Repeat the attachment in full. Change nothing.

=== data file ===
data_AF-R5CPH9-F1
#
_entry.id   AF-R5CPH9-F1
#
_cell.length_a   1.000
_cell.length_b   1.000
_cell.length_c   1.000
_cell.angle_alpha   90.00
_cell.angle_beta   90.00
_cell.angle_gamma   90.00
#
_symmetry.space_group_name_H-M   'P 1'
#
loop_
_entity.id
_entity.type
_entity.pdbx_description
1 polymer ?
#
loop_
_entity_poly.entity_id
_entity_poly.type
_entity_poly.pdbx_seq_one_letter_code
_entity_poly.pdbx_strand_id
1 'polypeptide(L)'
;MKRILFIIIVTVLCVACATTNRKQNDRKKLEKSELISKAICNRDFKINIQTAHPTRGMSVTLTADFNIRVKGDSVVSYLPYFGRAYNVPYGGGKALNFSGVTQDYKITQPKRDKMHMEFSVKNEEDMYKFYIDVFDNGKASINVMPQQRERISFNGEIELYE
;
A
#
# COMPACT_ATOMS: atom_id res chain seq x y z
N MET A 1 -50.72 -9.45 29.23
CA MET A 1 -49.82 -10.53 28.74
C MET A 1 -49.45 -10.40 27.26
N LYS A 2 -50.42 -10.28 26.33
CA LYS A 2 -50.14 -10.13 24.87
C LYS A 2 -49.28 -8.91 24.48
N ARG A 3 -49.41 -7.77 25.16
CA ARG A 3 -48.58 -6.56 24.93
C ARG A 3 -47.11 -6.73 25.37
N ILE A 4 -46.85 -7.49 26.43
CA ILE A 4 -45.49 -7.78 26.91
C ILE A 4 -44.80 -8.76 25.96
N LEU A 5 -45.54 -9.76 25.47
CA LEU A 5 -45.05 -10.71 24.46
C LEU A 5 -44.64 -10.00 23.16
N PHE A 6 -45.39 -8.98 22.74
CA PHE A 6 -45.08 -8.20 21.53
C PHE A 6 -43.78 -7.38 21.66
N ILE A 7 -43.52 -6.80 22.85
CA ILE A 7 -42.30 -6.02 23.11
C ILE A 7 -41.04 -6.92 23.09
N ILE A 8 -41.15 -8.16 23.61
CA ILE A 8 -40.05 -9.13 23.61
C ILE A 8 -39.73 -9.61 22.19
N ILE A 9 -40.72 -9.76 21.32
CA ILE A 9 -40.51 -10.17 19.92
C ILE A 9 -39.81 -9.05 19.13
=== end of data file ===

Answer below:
data_AF-R5CPH9-F1
#
_entry.id   AF-R5CPH9-F1
#
_cell.length_a   1.000
_cell.length_b   1.000
_cell.length_c   1.000
_cell.angle_alpha   90.00
_cell.angle_beta   90.00
_cell.angle_gamma   90.00
#
_symmetry.space_group_name_H-M   'P 1'
#
loop_
_entity.id
_entity.type
_entity.pdbx_description
1 polymer ?
#
loop_
_entity_poly.entity_id
_entity_poly.type
_entity_poly.pdbx_seq_one_letter_code
_entity_poly.pdbx_strand_id
1 'polypeptide(L)'
;MKRILFIIIVTVLCVACATTNRKQNDRKKLEKSELISKAICNRDFKINIQTAHPTRGMSVTLTADFNIRVKGDSVVSYLPYFGRAYNVPYGGGKALNFSGVTQDYKITQPKRDKMHMEFSVKNEEDMYKFYIDVFDNGKASINVMPQQRERISFNGEIELYE
;
A
#
# COMPACT_ATOMS: atom_id res chain seq x y z
N MET A 1 -50.72 -9.45 29.23
CA MET A 1 -49.82 -10.53 28.74
C MET A 1 -49.45 -10.40 27.26
N LYS A 2 -50.42 -10.28 26.33
CA LYS A 2 -50.14 -10.13 24.87
C LYS A 2 -49.28 -8.91 24.48
N ARG A 3 -49.41 -7.77 25.16
CA ARG A 3 -48.58 -6.56 24.93
C ARG A 3 -47.11 -6.73 25.37
N ILE A 4 -46.85 -7.49 26.43
CA ILE A 4 -45.49 -7.78 26.91
C ILE A 4 -44.80 -8.76 25.96
N LEU A 5 -45.54 -9.76 25.47
CA LEU A 5 -45.05 -10.71 24.46
C LEU A 5 -44.64 -10.00 23.16
N PHE A 6 -45.39 -8.98 22.74
CA PHE A 6 -45.08 -8.20 21.53
C PHE A 6 -43.78 -7.38 21.66
N ILE A 7 -43.52 -6.80 22.85
CA ILE A 7 -42.30 -6.02 23.11
C ILE A 7 -41.04 -6.92 23.09
N ILE A 8 -41.15 -8.16 23.61
CA ILE A 8 -40.05 -9.13 23.61
C ILE A 8 -39.73 -9.61 22.19
N ILE A 9 -40.72 -9.76 21.32
CA ILE A 9 -40.51 -10.17 19.92
C ILE A 9 -39.81 -9.05 19.13